TALLAHASSEE (CBSMiami/NSF) – Gov. Rick Scott signed 95 bills into law Friday, including measures to further restrict abortions in Florida, keep electronic cigarettes out of the hands of minors and regulate the commercial parasailing industry.
The new laws, which mostly go into effect July 1, are also designed to draw more private insurers to write flood-insurance coverage in the state, crack down on questionable charity operations and move up the start of the 2016 legislative session from the usual March kickoff to January.
Meanwhile, Scott has not taken action on eight bills that were among 105 sent to him by the Legislature last week.
The bills still on Scott’s desk include proposals (HB 989 and HB 7141) to try to curb human-trafficking in the state and a measure (SB 1030) that would legalize a form of medical marijuana that purportedly does not get users high but which alleviates life-threatening seizures.
As with his other bill signings since the end of the spring session, Scott did the latest paperwork without public fanfare. His daily calendar has recently focused on campaign appearances.
Scott has now taken action on 184 of the 255 bills approved by the Legislature this year. Only one bill, which would have allowed speed limits to be increased on state highways (SB 392), has been vetoed.
Probably the most-controversial bill signed Friday was the abortion measure (HB 1047), which lawmakers approved along almost straight party lines.
The bill defines viability as the stage of development when the life of a fetus is sustainable outside the womb via standard medical measures. It would require physicians to conduct exams before performing abortions to determine if fetuses are viable, and if so, abortions generally wouldn’t be allowed.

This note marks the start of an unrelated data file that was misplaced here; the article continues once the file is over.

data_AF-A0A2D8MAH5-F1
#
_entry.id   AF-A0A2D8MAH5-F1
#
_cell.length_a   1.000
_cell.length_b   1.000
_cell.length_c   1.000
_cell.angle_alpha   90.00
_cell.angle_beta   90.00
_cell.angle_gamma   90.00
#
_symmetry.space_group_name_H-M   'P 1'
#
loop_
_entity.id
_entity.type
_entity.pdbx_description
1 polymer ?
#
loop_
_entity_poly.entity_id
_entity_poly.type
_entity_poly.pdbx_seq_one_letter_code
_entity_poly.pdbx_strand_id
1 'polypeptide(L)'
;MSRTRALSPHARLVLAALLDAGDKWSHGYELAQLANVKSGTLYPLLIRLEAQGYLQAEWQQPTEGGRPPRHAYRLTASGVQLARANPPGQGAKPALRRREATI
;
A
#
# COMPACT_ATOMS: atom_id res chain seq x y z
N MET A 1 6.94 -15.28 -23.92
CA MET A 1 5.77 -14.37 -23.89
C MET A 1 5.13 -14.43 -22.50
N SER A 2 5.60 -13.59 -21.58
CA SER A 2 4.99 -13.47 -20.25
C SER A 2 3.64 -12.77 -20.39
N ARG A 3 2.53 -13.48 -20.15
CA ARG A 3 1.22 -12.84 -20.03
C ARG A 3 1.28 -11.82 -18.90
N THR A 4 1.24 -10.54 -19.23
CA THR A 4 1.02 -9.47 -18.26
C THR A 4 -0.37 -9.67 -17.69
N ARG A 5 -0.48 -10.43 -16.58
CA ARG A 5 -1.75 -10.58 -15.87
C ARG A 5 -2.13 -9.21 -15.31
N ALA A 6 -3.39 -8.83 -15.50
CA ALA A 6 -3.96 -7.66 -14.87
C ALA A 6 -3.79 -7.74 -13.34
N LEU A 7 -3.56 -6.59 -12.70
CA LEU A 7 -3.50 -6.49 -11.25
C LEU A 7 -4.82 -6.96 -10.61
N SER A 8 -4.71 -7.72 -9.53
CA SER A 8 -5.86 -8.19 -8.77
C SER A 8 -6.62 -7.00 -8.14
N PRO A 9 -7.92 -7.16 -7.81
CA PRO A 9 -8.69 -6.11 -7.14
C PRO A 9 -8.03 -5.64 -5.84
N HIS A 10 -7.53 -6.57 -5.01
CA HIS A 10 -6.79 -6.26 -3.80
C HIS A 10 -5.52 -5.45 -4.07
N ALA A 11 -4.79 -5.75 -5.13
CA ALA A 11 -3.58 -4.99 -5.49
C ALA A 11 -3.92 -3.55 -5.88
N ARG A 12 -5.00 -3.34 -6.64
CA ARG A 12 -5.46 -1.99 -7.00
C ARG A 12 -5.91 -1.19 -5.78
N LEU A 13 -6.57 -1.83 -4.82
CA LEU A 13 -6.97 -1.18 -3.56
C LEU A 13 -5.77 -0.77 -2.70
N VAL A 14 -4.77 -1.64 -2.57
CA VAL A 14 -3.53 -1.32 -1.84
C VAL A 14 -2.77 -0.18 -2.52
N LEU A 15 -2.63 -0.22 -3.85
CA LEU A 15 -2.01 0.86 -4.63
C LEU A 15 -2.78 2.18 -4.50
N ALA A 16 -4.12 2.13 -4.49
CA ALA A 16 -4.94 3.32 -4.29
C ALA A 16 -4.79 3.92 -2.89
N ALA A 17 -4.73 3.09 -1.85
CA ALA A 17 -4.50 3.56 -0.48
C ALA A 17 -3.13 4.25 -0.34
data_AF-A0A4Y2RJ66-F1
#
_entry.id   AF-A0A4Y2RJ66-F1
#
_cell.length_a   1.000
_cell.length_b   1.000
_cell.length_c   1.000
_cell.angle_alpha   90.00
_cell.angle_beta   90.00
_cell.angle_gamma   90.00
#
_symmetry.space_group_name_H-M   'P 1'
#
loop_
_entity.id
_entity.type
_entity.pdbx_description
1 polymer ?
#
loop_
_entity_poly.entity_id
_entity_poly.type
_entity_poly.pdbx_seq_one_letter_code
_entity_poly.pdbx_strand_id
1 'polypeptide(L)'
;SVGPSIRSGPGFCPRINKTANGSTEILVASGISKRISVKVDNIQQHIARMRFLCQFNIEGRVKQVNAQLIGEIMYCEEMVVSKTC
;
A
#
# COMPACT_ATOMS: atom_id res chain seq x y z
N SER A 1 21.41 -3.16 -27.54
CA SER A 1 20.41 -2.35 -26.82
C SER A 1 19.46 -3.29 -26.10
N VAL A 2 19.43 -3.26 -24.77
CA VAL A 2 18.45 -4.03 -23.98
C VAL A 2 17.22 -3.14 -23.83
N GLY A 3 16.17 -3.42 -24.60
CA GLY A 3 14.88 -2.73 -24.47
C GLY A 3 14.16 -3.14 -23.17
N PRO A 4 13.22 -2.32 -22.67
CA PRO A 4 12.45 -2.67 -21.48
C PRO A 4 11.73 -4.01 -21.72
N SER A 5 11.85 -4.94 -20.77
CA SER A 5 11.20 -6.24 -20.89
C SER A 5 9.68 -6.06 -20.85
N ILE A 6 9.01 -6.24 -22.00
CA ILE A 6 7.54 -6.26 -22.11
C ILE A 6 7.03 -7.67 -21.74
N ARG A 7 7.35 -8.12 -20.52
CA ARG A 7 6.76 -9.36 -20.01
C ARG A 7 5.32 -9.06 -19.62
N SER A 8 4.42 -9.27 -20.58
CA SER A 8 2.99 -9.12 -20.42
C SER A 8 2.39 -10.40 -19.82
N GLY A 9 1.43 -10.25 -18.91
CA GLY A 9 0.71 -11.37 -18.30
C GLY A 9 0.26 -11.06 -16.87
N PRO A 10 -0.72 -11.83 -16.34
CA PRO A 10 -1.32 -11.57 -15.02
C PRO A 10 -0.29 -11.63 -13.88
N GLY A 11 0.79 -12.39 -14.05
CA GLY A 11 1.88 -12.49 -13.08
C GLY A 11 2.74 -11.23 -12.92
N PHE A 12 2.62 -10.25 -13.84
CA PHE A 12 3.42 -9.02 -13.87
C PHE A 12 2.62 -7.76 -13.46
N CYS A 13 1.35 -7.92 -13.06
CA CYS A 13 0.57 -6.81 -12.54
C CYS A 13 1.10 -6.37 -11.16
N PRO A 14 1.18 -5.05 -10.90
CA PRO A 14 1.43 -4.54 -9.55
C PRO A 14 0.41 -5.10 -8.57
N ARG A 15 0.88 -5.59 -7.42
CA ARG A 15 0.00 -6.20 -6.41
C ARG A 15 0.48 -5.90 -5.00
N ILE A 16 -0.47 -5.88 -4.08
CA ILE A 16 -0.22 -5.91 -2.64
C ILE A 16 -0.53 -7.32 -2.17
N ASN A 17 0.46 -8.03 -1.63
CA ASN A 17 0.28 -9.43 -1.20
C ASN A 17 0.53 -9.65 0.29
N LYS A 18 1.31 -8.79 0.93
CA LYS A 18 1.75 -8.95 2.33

Supporters say the measure could prevent abortions around the 20th week of pregnancy, while opponents called it a setback for women’s reproductive rights. Under current law, most abortions are banned during the third trimester of pregnancy.
Former Senate Minority Leader Nan Rich, running for the Democratic gubernatorial nomination, blasted Scott’s signing of the abortion bill in a fundraising email.
“This is an outrage, and we have to do something,” Rich emailed to supporters. “Florida needs a pro-choice governor, so I need your help.”
Meanwhile, sponsors of bills signed Friday quickly sent out emails touting the new laws.
As an example, Senate Majority Leader Lizbeth Benacquisto, R-Fort Myers, thanked Scott after he signed SB 224, which bans the sales of electronic cigarettes to minors, similar to bans on sales of cigarettes and other tobacco products.
“As a mom, I’m proud of our fight to keep e cigs out of kids’ hands,” Benacquisto, who championed the legislation, tweeted.
Electronic cigarettes have become increasingly popular as they allow users to inhale vaporized nicotine without all the health risks of smoking regular cigarettes. While supporters point to those health benefits, critics of “e-cigarettes” warn that the devices can hook people on nicotine, which could lead to use of other tobacco products.